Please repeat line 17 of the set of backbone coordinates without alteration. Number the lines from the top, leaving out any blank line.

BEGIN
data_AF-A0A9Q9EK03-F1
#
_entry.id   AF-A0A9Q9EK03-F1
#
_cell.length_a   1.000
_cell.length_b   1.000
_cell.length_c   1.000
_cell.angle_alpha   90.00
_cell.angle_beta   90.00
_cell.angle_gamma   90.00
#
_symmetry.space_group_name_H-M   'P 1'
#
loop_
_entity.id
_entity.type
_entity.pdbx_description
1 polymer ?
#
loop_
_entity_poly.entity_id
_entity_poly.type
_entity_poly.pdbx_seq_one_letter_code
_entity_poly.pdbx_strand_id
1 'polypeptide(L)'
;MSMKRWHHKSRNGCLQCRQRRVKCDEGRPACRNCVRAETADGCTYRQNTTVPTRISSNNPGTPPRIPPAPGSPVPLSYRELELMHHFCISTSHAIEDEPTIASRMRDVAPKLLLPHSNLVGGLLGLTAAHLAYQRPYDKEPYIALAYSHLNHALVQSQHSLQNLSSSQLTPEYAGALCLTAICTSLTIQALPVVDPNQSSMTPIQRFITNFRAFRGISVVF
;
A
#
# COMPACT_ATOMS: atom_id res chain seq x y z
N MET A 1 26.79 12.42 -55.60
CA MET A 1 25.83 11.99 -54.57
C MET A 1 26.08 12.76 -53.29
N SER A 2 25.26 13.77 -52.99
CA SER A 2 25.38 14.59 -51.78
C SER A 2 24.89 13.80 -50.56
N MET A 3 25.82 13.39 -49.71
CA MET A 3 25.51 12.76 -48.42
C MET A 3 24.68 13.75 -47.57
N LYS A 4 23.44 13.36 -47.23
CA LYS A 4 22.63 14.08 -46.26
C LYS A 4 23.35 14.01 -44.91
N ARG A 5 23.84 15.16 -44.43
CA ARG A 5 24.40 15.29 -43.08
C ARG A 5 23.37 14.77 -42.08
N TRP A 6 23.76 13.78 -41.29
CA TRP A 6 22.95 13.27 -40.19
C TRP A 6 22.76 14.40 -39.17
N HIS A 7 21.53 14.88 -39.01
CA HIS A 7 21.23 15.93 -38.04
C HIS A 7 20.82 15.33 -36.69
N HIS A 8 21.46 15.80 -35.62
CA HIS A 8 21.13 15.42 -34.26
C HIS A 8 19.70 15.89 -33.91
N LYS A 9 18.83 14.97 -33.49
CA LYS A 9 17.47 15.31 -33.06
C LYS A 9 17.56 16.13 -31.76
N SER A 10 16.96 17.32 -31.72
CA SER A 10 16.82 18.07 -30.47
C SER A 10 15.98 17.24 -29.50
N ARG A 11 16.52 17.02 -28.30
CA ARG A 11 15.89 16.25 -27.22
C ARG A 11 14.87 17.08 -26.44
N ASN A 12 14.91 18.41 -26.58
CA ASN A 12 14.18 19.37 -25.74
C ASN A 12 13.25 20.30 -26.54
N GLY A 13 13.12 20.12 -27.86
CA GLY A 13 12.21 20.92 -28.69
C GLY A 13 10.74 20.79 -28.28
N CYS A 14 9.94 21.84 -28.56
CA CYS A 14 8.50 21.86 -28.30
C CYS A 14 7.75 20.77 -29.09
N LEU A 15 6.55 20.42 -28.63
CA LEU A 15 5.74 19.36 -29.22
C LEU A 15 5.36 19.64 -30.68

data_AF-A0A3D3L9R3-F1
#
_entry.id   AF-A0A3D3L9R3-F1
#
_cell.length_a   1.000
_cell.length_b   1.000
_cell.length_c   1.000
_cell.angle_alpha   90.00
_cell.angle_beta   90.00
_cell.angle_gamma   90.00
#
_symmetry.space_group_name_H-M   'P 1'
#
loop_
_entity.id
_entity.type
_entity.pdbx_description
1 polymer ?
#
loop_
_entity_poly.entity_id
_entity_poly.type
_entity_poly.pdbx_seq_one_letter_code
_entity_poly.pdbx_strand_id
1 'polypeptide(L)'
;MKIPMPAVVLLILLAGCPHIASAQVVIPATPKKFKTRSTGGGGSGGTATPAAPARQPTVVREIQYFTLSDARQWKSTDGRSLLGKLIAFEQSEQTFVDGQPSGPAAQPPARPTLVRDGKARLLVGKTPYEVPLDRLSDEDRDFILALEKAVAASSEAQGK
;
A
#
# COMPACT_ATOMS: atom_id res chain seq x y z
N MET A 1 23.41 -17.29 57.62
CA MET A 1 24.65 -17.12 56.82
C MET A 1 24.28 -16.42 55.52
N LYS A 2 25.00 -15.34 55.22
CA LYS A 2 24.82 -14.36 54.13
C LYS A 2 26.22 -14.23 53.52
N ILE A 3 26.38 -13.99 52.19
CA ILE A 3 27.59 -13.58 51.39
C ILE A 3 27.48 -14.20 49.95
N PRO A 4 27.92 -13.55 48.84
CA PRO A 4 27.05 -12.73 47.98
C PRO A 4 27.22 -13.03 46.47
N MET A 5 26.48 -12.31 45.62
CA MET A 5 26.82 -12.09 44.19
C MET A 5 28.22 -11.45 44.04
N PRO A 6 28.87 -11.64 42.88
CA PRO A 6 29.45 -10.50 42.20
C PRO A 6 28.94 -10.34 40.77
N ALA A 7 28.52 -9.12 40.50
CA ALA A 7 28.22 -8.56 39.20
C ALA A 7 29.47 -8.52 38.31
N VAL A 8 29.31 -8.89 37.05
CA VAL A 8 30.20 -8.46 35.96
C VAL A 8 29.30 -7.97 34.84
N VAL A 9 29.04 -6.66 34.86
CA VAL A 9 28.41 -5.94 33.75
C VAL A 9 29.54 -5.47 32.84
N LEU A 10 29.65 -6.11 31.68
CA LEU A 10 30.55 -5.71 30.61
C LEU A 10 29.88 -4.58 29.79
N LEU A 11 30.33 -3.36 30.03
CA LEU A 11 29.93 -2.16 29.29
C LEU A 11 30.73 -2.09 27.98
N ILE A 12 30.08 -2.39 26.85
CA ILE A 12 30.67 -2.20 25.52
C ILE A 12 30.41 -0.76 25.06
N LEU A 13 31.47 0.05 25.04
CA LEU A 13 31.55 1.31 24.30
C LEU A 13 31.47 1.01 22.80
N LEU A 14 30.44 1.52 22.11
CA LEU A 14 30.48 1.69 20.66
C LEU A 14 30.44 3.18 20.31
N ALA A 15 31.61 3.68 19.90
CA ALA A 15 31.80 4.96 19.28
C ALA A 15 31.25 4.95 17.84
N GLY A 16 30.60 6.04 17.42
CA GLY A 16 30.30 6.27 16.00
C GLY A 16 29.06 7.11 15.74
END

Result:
_entity.pdbx_description